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Emotional Eating: Feeling not ‘Feeding’ Your Emotions

Emotional Eating: Feeling not 'Feeding' Your Emotions | Libero Magazine 2
Today I want to discuss what it’s like when you stop using food as a way to cope with emotions. I am not going to lie, it sucks--at least at first it can. Why? Because we are so used to stuffing down our feelings, painting over them with layers of Nutella and cheese nachos.

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Originally published at laurenbersaglio.com on August 18, 2011. Republished here with permission. Get your blog featured!

Today I want to discuss what it’s like when you stop using food as a way to cope with emotions. I am not going to lie, it sucks–at least it can at first. Why? Because we are so used to stuffing down our feelings, painting over them with layers of Nutella and cheese nachos.

When you begin breaking your emotional eating habits, then you have no other option but to feel your emotions to the full.

At the beginning, you may find you feel very deeply–possibly deeper than would be expected from any given situation. But this is OK. It is normal. So don’t worry!

I know for me I was surprised (and somewhat frightened) by how emotional I got over some situations in the early stages of breaking my emotional eating. I thought there was something wrong with me, but I stuck it out. I continued down the path of Intuitive Eating and, over time, I learned to handle my emotions and they balanced out.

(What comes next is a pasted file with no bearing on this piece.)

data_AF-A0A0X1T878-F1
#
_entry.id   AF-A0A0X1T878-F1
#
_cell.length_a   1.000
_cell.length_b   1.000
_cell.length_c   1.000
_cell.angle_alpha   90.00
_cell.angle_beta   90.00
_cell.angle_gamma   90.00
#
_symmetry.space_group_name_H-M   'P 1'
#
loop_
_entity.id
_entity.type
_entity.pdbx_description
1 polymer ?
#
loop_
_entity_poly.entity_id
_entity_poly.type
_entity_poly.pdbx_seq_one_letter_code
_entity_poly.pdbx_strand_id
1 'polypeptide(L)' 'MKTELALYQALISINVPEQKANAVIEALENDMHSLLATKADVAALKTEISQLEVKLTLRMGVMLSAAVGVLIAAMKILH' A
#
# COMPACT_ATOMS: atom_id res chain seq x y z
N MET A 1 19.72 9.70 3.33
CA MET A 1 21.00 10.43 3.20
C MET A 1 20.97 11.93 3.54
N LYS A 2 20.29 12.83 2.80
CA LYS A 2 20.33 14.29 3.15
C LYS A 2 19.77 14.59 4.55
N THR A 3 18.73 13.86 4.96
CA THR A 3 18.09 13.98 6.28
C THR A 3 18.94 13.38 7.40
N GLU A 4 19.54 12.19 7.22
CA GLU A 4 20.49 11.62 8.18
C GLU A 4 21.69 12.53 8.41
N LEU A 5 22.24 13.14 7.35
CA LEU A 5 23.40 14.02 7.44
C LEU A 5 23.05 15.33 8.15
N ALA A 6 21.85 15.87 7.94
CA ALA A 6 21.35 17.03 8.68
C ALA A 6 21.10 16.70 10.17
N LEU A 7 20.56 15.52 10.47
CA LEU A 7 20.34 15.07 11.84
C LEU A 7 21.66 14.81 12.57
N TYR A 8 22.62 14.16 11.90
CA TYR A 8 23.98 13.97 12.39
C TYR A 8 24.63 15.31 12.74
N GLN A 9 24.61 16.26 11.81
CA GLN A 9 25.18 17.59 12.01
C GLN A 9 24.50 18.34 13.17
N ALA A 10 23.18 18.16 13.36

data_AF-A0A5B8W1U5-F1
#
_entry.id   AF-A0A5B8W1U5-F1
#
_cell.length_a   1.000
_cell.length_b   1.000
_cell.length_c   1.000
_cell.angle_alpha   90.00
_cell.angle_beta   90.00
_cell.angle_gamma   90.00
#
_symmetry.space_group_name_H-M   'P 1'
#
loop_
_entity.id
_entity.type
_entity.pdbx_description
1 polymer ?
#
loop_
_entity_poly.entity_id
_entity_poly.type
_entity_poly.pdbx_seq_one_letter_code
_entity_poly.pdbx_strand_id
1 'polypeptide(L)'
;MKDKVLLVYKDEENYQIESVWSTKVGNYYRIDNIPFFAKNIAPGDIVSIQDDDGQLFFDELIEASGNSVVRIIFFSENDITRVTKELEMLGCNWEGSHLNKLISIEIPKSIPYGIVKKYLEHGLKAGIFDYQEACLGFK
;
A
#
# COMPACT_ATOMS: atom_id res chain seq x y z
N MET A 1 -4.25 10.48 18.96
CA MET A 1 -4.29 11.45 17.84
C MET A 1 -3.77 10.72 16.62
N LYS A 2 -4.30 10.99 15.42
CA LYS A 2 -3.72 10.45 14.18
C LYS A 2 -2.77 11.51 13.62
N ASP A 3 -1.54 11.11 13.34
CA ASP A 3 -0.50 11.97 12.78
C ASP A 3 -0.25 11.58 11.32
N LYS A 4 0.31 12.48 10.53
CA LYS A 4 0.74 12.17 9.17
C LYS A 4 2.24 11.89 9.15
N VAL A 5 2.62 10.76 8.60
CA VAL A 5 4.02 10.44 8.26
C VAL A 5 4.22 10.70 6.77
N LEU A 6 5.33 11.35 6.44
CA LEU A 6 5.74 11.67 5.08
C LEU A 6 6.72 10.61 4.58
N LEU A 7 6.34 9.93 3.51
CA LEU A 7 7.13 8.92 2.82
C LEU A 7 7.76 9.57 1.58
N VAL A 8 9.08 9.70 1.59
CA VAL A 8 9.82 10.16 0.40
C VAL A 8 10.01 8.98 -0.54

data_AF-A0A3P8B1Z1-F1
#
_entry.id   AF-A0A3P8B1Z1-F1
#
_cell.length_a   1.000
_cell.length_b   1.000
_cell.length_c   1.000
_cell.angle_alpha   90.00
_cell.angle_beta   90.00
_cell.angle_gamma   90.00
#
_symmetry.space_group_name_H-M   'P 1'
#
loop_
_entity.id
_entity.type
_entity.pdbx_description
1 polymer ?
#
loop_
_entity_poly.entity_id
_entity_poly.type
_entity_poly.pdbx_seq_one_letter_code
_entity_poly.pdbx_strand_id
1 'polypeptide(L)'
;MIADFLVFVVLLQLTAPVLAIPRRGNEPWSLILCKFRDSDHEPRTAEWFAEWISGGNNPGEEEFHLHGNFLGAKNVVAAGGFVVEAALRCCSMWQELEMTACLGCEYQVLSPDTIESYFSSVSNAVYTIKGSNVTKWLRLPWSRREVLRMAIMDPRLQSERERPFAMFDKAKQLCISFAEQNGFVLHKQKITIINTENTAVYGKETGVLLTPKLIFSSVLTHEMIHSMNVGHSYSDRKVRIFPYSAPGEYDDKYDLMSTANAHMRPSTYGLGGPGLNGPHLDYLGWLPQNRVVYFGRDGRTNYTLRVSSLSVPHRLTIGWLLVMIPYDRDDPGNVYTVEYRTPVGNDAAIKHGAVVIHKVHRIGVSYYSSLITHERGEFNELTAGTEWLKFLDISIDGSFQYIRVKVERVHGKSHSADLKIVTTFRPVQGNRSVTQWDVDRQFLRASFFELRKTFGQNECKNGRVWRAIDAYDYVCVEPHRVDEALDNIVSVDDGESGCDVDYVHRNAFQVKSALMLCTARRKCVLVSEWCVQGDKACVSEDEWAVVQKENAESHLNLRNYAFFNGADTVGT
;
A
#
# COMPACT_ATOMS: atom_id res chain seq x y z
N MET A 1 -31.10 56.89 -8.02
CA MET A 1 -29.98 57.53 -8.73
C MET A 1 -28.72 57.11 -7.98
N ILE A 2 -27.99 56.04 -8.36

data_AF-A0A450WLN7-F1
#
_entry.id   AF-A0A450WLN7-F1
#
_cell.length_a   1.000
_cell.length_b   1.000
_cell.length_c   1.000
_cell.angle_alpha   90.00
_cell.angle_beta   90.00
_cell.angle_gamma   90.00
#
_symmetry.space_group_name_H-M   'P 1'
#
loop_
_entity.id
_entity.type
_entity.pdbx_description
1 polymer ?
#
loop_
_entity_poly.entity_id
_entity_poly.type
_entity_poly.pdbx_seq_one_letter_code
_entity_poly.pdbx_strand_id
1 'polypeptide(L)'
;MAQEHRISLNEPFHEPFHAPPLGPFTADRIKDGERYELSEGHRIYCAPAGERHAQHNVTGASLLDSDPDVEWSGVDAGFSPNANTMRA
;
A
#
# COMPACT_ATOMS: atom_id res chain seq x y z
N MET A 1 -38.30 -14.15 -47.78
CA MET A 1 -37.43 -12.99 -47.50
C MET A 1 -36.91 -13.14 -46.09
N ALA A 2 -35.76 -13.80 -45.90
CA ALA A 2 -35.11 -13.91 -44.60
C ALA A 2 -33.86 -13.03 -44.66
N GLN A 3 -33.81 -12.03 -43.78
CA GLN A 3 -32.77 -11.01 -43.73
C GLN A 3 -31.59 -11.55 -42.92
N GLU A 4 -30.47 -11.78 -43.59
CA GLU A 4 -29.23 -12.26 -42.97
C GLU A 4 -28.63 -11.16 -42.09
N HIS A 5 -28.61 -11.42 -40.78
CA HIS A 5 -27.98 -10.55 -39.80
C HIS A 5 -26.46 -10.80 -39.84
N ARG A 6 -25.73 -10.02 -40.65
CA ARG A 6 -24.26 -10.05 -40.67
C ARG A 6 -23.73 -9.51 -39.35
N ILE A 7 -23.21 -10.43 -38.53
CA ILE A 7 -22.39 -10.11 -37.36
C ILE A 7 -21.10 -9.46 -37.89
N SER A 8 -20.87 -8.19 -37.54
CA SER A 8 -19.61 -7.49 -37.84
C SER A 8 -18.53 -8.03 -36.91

Here is what Tribole and Resch have to say about this in their book “Intuitive Eating”:

Many clients have talked about having strange, uncomfortable feelings when they’re no longer using food to cope with their emotions. At the same time, they’re feeling happy and secure in their new Intuitive Eating style…There are a couple of reasons for the conflicting feelings.

You no longer have the ‘benefits’ of using food. While coping with food can be destructive, one client noted that on tough days she knew she could always go home to her chocolate. Now, instead, she’s “stuck” with experiencing her feelings. You might even need to go through a grieving period for the loss of food as comforter and companion.

You may also notice that you’re experiencing your feelings in a deeper, stronger way. Since you’re no longer covering them up with food, they may have a profound effect on you. This is a point at which some people decide that it would be helpful to get counseling as a way to process these long-buried feelings.

So, if you find yourself a bit more emotional, don’t worry! It’s normal.

Just roll with it, and don’t beat yourself up about it. Remember, it’s all part of the journey.

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References:
Tribole, M.S., R.D., Evelyn and Elyse Resch, M.S., R.D., F.A.D.A. Intuitive Eating. New York: St. Martin’s Press, 2003.

Lauren is the Founder and Editor of Libero. She started Libero in April 2010, when she shared her story about her struggles with an eating disorder and depression. Now Lauren uses her writing and videos to advocate mental health and body positivity. In her spare time, she enjoys makeup artistry, playing Nintendo, and taking selfies with her furbaby, Zoey.


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